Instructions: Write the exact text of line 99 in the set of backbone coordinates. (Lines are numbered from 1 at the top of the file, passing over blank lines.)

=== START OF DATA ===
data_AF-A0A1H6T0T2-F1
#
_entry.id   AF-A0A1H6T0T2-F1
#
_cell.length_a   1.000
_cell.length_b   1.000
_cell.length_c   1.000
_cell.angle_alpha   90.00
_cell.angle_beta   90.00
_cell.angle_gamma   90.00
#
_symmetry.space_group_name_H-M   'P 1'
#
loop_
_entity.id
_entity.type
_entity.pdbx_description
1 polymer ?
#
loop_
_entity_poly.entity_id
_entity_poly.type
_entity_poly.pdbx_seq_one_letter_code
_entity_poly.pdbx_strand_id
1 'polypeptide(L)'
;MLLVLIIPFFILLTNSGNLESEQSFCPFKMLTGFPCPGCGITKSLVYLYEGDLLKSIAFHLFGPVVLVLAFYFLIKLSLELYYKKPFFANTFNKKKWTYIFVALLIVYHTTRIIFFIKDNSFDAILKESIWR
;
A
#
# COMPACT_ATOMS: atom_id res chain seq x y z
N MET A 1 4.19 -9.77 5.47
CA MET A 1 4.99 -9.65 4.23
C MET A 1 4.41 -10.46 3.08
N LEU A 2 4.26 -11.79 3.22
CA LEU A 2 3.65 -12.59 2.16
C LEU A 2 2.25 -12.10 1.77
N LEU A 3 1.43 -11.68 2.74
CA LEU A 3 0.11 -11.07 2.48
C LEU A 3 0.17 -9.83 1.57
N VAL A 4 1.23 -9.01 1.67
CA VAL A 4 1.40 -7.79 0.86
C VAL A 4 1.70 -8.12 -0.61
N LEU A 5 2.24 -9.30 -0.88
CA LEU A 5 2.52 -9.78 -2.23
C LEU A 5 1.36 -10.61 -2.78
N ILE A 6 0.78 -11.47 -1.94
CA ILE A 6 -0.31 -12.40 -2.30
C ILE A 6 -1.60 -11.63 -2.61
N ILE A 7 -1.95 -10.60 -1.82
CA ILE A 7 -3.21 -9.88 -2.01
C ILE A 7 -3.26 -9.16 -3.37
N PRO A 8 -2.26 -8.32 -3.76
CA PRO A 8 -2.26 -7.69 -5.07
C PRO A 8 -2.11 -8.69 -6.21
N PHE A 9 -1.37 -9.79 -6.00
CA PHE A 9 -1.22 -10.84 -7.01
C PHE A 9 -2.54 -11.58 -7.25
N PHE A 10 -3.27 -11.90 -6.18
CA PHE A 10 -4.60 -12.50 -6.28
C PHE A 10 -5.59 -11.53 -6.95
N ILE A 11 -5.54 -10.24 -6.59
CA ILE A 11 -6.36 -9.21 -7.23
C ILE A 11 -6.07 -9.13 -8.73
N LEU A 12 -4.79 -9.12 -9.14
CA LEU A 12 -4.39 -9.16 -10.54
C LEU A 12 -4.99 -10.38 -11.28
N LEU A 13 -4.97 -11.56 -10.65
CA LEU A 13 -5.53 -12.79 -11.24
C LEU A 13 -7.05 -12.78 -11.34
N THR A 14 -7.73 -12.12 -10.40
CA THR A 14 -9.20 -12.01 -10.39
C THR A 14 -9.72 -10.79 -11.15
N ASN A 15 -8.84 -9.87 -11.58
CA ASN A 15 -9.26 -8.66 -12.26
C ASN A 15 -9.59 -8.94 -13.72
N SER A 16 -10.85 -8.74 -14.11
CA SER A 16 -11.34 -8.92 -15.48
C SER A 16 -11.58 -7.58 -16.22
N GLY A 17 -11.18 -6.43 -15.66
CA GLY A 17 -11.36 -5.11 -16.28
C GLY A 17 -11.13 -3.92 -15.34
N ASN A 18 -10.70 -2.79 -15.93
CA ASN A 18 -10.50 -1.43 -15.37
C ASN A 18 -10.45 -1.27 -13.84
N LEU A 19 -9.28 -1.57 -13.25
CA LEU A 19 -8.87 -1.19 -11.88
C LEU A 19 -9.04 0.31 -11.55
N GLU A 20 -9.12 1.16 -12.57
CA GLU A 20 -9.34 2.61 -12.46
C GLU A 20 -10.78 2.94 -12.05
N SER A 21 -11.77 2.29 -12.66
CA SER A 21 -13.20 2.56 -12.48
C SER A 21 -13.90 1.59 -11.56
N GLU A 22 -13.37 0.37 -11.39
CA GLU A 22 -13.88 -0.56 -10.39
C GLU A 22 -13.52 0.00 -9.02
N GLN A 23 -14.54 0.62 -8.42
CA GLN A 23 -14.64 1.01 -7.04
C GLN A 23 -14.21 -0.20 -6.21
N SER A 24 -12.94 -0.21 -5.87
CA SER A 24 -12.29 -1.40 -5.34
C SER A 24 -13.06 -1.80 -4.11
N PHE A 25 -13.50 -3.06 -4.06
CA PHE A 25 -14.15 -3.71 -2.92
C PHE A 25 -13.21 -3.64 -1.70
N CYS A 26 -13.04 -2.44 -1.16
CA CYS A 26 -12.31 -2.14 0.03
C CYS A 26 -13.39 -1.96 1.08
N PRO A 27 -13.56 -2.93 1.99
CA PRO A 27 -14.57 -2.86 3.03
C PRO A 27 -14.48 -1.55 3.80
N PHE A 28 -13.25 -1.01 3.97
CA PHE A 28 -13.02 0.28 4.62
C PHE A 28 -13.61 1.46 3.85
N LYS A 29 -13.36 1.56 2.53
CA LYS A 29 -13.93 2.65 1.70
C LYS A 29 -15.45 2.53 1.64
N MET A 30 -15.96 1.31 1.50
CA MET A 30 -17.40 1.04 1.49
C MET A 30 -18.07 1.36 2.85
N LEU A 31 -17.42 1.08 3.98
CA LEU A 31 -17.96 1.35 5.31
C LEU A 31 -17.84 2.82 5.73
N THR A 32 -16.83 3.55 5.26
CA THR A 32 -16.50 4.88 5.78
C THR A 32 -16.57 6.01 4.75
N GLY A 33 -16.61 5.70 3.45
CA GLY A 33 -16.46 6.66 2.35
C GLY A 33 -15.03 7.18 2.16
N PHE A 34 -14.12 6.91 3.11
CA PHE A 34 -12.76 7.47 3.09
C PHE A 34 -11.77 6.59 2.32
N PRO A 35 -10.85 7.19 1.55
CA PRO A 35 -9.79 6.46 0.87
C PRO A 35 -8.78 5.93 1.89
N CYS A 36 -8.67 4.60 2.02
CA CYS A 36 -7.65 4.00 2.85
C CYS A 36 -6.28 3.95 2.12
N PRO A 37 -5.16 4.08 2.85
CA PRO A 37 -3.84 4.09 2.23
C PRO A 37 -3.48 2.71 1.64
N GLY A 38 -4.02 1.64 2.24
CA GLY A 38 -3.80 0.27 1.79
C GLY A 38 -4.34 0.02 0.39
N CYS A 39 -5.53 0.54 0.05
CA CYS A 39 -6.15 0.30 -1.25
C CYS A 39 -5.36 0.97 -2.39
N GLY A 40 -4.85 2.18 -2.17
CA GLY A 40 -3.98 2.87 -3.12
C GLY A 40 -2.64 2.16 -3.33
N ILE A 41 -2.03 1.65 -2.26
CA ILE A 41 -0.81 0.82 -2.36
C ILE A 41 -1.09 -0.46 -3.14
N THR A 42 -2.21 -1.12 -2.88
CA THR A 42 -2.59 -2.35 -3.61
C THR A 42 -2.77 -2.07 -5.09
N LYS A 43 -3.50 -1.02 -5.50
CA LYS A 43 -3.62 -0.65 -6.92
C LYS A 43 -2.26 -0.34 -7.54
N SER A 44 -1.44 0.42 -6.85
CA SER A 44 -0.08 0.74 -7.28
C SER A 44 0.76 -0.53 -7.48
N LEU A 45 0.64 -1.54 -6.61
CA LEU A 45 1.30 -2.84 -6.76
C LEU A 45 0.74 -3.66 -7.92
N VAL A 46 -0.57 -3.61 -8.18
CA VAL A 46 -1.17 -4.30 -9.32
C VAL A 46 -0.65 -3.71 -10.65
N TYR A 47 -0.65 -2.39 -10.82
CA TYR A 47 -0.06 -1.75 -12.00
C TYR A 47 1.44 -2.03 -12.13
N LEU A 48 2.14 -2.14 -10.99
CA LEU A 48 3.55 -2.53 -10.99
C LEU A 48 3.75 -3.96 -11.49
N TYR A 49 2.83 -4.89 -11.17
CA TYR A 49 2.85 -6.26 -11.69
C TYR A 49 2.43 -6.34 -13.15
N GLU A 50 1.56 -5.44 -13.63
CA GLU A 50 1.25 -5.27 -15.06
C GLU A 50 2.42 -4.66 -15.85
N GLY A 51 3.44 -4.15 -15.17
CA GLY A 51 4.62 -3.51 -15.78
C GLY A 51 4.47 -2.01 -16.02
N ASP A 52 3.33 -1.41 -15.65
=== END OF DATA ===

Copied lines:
C GLN A 23 -14.21 -0.20 -6.21